The addition of ports is nice. In the first edition you had a big problem when you lost the sea adjacent to your home territory – you couldn’t build new ships in that sea area anymore. The addition of ports makes it possible to attack from that port, so you have a chance to break naval blockades.

Also there is a new unit: the siege engine. It is useless in the fields (strength 0) or when attacked, but when you attack a castle with siege engines in your army, each siege engine has strength 4(!). This gives sieges a better chance than in the first edition.

Also this edition has six possible players (playing House Stark, House Greyjoy, House Lannister, House Baratheon, House Tyrell and House Martell). The last house is an addition, in the first edition the far south contained only neutral castles.

The rest of the game is left unchanged, so you still have to use diplomacy to get what you want and you have to out-think your opponent at every turn. I am still impressed by the design of the game board itself, which offers you a lot of possibilities to get castles just shy of the last one you need. For that last castle you always have to fight. Winning is thus never easy and that it how it should be.

For when you play the game of thrones, you either win or you die…

Go to the Catan: Cities & Knights page
86 out of 102 gamers thought this was helpful

Cities & Knights changes the Catan game profoundly. The basic working of the game (throwing dice, building roads, villages and cities) is left unchanged, but a lot is different from the basic game. For starters, you begin the game by placing a village and a city instead of just two villages. This is probably done to ensure everyone is able to profit from the new way of resource production. Tiles with forests, grasslands and mountains no longer produce two wood, wool and ore, but produce one of these basic resources and one trade resource (paper for forests, cloth for grasslands and coin for mountains). These trade resources you can use to build city improvements, which in turn might give you development cards.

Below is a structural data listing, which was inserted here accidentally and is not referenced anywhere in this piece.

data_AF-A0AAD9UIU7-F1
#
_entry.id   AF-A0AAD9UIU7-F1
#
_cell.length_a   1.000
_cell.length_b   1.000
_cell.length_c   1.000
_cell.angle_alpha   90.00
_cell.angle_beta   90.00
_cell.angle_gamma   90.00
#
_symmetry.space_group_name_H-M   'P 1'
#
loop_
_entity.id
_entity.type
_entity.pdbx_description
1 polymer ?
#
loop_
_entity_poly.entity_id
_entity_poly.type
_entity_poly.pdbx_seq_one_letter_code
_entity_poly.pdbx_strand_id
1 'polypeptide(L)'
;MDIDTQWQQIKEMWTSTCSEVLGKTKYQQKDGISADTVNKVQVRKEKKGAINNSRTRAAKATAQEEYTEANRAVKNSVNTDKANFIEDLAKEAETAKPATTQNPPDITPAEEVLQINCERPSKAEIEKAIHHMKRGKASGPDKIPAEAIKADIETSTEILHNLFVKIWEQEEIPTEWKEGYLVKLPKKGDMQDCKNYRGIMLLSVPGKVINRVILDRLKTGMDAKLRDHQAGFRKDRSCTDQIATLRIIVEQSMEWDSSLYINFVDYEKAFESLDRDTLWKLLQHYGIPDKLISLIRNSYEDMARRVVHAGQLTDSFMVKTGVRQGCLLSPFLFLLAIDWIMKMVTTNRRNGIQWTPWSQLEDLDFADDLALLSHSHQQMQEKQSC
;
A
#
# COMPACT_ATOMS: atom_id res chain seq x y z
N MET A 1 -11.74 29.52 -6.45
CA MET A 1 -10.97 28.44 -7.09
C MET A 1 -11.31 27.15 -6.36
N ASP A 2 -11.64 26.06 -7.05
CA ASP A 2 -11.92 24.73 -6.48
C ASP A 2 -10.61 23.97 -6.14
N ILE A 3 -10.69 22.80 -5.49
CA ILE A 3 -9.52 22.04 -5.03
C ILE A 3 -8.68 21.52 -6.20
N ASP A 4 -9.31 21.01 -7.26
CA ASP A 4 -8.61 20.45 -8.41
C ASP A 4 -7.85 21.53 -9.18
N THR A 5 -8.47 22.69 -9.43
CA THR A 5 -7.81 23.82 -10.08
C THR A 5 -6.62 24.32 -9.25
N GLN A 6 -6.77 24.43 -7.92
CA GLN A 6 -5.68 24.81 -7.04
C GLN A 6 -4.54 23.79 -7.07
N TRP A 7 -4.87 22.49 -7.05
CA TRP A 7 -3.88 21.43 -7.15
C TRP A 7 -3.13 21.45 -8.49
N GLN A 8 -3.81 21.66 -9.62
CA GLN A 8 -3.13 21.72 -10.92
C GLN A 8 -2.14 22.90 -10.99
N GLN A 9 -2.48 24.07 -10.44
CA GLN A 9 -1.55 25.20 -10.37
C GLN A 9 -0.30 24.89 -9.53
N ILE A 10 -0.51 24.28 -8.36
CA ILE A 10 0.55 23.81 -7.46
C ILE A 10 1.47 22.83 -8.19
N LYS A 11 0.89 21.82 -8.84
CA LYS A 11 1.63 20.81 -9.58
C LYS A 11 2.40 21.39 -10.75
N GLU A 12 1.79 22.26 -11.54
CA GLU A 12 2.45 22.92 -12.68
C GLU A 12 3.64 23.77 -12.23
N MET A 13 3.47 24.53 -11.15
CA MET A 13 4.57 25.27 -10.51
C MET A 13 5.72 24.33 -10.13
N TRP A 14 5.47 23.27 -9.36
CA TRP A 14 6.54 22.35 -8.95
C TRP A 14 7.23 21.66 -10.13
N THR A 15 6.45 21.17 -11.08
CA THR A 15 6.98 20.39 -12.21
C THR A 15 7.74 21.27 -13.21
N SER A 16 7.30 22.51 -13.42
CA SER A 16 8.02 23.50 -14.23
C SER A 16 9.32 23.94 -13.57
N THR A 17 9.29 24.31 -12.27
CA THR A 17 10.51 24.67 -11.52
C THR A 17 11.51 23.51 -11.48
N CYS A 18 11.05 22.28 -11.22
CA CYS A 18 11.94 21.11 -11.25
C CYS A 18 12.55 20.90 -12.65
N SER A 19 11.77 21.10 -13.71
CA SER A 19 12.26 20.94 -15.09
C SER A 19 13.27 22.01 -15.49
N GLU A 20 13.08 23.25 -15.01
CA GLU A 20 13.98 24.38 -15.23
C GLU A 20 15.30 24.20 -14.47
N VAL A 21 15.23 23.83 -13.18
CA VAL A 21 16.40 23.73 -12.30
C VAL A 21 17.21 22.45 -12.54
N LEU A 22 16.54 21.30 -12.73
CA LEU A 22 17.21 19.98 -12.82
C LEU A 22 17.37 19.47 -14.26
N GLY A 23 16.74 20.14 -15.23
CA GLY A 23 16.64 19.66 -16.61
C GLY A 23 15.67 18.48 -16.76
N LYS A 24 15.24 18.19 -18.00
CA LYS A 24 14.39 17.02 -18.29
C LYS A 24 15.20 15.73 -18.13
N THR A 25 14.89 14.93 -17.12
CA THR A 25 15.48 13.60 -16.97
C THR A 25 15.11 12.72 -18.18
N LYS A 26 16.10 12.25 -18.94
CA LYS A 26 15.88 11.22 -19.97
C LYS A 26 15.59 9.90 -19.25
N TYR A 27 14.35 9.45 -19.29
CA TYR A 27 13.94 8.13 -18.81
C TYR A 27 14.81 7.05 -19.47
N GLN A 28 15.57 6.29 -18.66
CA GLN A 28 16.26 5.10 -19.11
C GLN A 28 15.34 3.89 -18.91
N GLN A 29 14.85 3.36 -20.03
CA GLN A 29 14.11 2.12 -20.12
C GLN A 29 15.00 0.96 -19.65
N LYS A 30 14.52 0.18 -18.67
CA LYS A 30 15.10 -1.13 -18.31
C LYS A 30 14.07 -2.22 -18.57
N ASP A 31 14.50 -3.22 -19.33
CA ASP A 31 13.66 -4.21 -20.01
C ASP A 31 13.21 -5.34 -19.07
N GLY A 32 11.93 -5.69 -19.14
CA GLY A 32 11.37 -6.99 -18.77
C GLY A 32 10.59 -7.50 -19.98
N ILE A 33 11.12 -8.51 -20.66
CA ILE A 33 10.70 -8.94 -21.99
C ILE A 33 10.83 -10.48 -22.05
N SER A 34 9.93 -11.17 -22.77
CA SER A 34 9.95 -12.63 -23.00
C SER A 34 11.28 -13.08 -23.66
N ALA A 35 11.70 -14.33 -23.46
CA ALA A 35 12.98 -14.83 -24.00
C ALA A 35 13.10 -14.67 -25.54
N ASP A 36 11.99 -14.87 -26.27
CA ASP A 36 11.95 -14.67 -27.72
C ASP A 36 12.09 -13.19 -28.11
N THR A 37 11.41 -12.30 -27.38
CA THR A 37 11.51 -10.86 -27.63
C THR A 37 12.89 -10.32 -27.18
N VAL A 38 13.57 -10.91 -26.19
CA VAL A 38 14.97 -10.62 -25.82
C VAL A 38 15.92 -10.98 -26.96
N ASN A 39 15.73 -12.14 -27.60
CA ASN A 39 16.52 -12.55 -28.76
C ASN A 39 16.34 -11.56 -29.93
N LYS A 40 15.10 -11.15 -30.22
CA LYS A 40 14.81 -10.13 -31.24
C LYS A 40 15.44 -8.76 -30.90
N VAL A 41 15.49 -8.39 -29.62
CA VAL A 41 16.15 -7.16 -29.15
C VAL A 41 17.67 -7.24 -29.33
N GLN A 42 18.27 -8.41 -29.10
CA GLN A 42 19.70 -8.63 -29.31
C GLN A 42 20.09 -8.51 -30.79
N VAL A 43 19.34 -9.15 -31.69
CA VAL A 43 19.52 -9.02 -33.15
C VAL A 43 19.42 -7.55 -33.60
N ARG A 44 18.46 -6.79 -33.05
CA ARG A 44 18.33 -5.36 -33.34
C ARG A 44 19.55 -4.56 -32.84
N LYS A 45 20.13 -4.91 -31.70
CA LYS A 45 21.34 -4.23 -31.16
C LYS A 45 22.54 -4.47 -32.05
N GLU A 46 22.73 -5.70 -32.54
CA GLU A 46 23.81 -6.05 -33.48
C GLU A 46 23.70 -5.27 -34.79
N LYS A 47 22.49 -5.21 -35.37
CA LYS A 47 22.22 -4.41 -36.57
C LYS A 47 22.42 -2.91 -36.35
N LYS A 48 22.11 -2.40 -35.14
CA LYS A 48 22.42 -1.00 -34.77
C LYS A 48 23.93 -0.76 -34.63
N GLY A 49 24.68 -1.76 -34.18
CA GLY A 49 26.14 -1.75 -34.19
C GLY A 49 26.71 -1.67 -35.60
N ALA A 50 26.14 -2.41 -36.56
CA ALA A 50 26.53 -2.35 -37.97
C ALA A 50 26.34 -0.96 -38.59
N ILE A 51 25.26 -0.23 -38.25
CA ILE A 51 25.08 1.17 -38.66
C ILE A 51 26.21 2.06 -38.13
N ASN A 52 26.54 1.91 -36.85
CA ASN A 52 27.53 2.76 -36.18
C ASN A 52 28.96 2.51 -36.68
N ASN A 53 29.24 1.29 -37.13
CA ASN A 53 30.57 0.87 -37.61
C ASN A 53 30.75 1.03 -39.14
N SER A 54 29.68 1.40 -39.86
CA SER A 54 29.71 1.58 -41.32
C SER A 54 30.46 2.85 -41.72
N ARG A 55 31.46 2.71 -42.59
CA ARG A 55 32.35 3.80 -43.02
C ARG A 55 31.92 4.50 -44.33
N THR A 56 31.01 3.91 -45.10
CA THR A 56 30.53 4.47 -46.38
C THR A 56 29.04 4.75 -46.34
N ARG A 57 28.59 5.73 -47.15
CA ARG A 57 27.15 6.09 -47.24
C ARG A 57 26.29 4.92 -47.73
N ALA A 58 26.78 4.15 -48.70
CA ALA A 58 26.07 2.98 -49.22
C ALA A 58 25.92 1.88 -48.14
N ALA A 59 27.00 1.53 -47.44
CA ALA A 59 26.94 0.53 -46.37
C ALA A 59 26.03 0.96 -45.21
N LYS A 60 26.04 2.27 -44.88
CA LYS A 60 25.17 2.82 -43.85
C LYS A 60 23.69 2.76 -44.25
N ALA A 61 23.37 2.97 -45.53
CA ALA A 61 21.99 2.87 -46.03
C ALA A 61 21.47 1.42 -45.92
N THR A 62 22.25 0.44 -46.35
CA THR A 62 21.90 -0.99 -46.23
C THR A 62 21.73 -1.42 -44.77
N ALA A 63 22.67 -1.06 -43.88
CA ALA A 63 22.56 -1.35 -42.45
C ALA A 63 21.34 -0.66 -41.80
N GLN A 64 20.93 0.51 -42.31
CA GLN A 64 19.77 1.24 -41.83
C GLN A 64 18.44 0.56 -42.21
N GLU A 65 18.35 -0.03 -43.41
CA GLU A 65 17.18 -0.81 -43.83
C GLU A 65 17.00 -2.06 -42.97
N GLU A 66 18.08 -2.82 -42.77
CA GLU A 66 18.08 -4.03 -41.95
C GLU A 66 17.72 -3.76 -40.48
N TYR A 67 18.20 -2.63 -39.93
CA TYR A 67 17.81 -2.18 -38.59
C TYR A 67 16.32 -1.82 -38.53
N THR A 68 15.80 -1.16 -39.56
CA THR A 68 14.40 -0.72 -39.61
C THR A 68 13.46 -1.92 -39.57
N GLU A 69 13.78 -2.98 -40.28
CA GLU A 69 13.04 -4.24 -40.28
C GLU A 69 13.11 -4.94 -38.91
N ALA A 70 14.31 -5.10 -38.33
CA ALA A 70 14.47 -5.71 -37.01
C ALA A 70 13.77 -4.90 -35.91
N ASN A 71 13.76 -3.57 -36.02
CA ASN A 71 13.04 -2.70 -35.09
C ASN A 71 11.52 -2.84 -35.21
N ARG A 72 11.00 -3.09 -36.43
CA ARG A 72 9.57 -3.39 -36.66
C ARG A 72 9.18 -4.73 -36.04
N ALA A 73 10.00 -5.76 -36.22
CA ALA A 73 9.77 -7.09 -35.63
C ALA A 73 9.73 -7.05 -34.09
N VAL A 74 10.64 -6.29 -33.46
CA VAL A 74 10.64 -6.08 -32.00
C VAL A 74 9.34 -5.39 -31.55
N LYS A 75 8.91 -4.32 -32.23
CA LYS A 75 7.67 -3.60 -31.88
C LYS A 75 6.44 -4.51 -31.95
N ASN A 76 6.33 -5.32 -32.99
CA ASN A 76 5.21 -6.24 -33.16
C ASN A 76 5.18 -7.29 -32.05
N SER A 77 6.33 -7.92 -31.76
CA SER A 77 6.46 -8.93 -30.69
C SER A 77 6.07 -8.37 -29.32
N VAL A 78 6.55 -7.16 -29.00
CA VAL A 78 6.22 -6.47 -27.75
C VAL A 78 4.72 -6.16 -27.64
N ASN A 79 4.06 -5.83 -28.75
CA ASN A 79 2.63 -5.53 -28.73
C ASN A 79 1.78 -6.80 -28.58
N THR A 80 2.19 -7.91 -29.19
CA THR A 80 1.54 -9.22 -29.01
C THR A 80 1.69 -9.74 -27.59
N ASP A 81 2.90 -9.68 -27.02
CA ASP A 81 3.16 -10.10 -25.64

The development cards are thus no longer for sale, but are earned by those with improvements in their cities. Each turn a red die is rolled along with the white die and if a third die (completely new) shows a city symbol the players with the appropriate color in city improvements (green for improvements built with paper – science, yellow for improvements built with cloth – trade – and blue for improvements built with coin – politics) receives a development card with that color. These development cards give a lot of different bonuses when played.

The greatest change is the addition of the barbarian fleet and the subsequent change in the use of knights. This fleet is placed a number of spaces from the coast of Catan and advances one space when the barbarian fleet symbol is rolled on the die which also contains the three city symbols (so barbarians move one space every two turns on average). The strength of the barbarians is equal to the number of cities on the board. Players have to commit knights to the defense of Catan – these knights are now pieces on the board and have three strength categories.

However, the knights need to be activated by spending 1 grain (the army must eat!). So at the start there usually is a race to get an activated knight on the board, because the player committing the least strength to the defense of the island will lose a city (it is reduced to a village). This only happens when the barbarians win, so when the players do not commit more knights than there are cities on the board. When the strength of the combined knights is equal or greater than the strength of the barbarian fleet, the player with the greatest strength in knights wins a point (Savior of Catan) – in case of a tie the tied players each get a development card of their choice. Also note you can use activated knights to send an adjacent robber to another tile!

Still afraid of the robber? You can build city walls in this expansion, which add two to the number of cards you can safely hold in your hands. And last, but not least, players can build metropolises by finishing all city improvements. They get to place the metropolis piece over their city which is protected from barbarians from that time. In addition a metropolis is worth two points!